Figured live edge slabs is an extremely common request. Wood figure refers to the shape of the grain and the pattern that the grain of wood makes. It's worth noting that though this definition is accurate, if a unique grain pattern is considered figured, then all wood is figured since no two pieces of wood are ever exactly alike
In this guide, we plan on touching on some of the most desirable wood figures our customers are looking for.
Figured Wood - A Few Common Types
When our live edge slab customers come to us looking for "figured" slabs, there are a few common grain patterns they're looking for. Below are a few:
Spalted wood - Spalting refers to black wavy streaks that appear on different woods. This is caused by natural decay of the wood. It is most common on maple slabs. Spalting makes most woods more valuable - some by quite a bit. Some wood suppliers actually have worked to perfect this natural decay on their dimensional lumber, slabs, and flooring as it makes the wood that much more desirable and profitable. Below is a picture of a spalted hackberry live edge slab.
Wormy wood - Wormholes and bug trails are also very common in hardwoods. "Wormy" maple, also known as ambrosia maple, is one of our best selling live edge slabs. We also often get cherry slabs and other hardwoods that have trails caused from different bugs, worms, and the like. Depending on the type of bug inside the wood, the patterns and trails they leave will be different. For example, ambrosia maple is caused by beetles in the wood and leaves colorful streaks throughout the wood. Below is a picture of an ambrosia maple coffee table we made.
Curly wood - Curls are common on a lot of species of wood, including maple, walnut, ash and more. This is a great feature to have on a live edge slab, but it's also extremely desirable for other furniture, instruments, and more. This is a pretty common feature and is basically the compression of the grain on wood. It gives a textured look with ripples and stripes, despite the wood being smooth. Wood curls are caused from the fact that trees don't grow straight. If all hardwood trees grew perfectly straight, the grain patterns would be straight. Since they don't, figure such as curls appear. Curls produce a 3d appearance that's caused by alternating stripes of the wood's hard and soft fibers. Below is a picture of curls on a maple live edge table.
Crotch cut wood - Crotch cut slabs refers to slabs cut where a log splits into branches. This creates a really unique wood figure on most hardwood slabs. A customer favorite is crotch-cut walnut slabs, as they have a really colorful and unique pattern once they are finished. Below is a picture of a small end table we made from a piece of crotch cut walnut wood.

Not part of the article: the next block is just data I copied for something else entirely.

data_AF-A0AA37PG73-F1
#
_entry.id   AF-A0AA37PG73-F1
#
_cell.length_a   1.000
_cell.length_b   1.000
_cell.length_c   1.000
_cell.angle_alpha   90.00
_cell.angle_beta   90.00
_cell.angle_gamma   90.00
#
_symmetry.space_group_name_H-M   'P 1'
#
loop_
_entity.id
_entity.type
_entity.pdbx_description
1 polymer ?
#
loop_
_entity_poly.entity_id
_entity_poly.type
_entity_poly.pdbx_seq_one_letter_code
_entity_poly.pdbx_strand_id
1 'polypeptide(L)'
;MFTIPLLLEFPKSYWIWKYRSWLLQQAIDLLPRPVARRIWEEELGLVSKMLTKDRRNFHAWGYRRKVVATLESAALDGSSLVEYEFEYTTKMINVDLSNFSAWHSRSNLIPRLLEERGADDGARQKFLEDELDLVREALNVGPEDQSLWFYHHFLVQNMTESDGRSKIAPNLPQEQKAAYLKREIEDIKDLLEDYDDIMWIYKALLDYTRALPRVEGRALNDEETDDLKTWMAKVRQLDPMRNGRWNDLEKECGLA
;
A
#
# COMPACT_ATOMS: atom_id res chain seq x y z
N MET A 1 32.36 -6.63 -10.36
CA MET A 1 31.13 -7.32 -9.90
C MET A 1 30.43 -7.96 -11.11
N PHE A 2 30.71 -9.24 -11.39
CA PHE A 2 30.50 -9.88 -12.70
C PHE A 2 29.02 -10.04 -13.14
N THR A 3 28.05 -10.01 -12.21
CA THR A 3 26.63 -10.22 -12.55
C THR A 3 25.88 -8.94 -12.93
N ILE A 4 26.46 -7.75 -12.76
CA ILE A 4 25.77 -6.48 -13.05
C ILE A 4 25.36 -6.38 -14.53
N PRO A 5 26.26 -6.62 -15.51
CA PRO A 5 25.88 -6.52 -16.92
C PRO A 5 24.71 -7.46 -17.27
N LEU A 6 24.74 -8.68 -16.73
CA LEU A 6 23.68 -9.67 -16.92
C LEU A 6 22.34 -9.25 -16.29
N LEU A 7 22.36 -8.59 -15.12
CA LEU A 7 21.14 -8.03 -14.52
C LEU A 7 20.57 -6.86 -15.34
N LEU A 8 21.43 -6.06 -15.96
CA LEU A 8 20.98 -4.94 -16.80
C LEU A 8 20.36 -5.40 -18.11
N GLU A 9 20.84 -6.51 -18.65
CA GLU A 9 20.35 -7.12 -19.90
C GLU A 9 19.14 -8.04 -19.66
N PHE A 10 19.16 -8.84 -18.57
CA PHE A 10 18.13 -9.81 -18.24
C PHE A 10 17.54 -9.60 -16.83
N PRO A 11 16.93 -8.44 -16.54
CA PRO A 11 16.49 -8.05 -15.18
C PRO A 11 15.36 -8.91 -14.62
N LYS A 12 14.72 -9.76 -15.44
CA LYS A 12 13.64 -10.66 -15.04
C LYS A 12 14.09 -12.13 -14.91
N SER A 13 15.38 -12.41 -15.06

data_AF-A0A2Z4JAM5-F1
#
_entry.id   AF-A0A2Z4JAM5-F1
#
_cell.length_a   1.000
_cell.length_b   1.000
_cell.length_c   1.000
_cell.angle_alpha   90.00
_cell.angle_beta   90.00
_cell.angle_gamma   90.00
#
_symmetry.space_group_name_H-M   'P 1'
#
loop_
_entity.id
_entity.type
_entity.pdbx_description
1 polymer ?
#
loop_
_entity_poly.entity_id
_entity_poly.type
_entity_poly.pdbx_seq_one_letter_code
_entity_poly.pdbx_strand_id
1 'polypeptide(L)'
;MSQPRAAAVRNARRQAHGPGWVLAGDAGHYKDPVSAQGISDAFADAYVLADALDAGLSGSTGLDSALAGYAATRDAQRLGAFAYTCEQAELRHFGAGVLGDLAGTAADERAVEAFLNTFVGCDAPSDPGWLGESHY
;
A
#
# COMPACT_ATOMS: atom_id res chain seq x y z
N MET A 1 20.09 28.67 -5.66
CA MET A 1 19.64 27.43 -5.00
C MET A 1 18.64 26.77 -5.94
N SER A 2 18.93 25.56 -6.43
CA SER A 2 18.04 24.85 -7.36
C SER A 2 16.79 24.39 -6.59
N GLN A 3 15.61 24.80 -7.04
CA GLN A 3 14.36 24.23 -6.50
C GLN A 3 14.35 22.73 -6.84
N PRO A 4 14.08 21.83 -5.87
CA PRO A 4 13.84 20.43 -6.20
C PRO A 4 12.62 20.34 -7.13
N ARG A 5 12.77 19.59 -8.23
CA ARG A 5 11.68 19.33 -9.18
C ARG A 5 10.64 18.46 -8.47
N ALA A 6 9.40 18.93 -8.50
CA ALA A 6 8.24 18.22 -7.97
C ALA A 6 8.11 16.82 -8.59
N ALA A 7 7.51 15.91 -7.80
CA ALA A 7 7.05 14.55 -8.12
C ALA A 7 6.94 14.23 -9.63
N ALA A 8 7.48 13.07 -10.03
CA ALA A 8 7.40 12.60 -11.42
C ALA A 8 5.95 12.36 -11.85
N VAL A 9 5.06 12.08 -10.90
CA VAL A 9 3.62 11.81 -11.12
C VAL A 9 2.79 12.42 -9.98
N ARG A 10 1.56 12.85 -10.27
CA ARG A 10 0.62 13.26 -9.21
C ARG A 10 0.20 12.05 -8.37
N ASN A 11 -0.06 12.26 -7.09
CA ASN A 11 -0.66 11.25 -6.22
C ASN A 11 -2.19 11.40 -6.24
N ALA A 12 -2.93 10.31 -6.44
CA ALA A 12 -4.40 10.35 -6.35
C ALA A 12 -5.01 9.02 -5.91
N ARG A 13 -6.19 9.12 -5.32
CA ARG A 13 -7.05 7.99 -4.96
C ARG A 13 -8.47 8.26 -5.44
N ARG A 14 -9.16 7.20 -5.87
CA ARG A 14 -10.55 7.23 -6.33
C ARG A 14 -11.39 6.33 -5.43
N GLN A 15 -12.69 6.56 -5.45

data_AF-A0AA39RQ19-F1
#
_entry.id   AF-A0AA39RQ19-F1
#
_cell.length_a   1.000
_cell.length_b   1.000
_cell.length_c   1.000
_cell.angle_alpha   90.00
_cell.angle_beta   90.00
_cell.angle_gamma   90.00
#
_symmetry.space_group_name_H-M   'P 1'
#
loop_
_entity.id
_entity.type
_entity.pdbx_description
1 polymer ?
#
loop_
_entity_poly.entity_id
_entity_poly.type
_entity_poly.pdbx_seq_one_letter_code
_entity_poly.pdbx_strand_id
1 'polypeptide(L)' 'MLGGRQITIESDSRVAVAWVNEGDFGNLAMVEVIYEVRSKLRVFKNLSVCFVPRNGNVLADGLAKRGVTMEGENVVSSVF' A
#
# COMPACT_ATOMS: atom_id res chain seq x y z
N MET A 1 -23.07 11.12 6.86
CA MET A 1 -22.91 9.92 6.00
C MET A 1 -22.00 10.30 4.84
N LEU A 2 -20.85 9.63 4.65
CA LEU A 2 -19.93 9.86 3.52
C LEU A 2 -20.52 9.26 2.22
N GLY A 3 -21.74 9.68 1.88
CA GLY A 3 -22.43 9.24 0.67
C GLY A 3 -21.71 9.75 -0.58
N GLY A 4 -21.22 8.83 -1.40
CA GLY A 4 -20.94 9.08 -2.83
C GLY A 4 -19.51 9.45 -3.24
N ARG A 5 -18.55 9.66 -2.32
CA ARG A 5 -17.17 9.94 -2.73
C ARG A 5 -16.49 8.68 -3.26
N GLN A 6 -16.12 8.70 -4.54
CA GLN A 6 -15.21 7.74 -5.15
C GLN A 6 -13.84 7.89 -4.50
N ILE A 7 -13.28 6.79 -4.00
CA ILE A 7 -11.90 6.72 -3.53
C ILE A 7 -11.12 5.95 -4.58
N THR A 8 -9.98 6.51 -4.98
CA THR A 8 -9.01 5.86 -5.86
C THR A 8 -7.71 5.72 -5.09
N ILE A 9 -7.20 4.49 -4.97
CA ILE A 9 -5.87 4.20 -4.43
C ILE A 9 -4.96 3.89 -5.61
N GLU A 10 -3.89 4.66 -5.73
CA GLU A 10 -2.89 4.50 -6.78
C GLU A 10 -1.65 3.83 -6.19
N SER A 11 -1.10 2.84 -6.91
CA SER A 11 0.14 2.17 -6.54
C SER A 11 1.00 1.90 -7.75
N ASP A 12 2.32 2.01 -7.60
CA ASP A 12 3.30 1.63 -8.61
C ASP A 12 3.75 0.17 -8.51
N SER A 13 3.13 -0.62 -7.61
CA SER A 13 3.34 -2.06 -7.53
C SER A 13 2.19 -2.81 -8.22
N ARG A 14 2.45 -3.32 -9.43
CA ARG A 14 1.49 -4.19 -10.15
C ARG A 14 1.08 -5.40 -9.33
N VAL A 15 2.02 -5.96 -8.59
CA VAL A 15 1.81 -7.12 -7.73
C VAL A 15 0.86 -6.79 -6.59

A Few Other Types Of Figure
Above are the most common types of figure we get in our slab inventory, though it's far from all of the wood figures you can find.
A few other types of wood figure not mentioned include:
- Birds eye - a figure most common in hard maple. It's a pattern that has tiny swirls within the grain of the wood.
- Blister - A wood figure that has short, raised sections.
- Fiddleback - This figure is similar to blister, but typically longer.
- Quilted - Again, this figure is similar to blister, but more oval.
- Ribbon - A wood figure that resembles a slightly twisted ribbon.
- Flame - Another name for curls, especially around the crotch of the wood.
- Tiger stripe - Another name for curl or flame. Maple is commonly referred to as tiger maple when it has this figure.
- Angle step - A staircase-like figure caused by cutting wood across the stump. This is common in walnut as well as other hardwoods.
- Cat's paw - Found mostly on oak and cherry, this figure looks like a cat left footprints on the wood.
- Fleck - A figure found on sycamore, oak, and more. These show when the wood is cut parallel to the medullary rays in the wood.
- and more!
Since these aren't as common in our inventory, we recommend researching them if you'd like to learn more! A google image search will give visuals of each of the wood figures listed above!
What Causes Wood Figure?
Wood figure is caused by many different factors. Some factors that influence wood figure include:
- How the tree grows
- How the logs are cut
- Worms, beetles, and other bugs in the wood
Questions About Figured Wood?
If you have any questions regarding figured wood, I'll try to answer them to the best of my knowledge! Simply drop your questions in the comment box below and I'll respond as soon as possible!
Nolan is the Marketing Manager for Lancaster Live Edge. When he isn’t working on our marketing initiatives, he’s in the shop building tables and furniture with the team. Prior to working with Lancaster Live Edge, he worked for a digital marketing agency for nearly 4 years. His family owns a custom building company and he’s helped build everything from custom furniture to home additions. Nolan has been woodworking for nearly 20 years.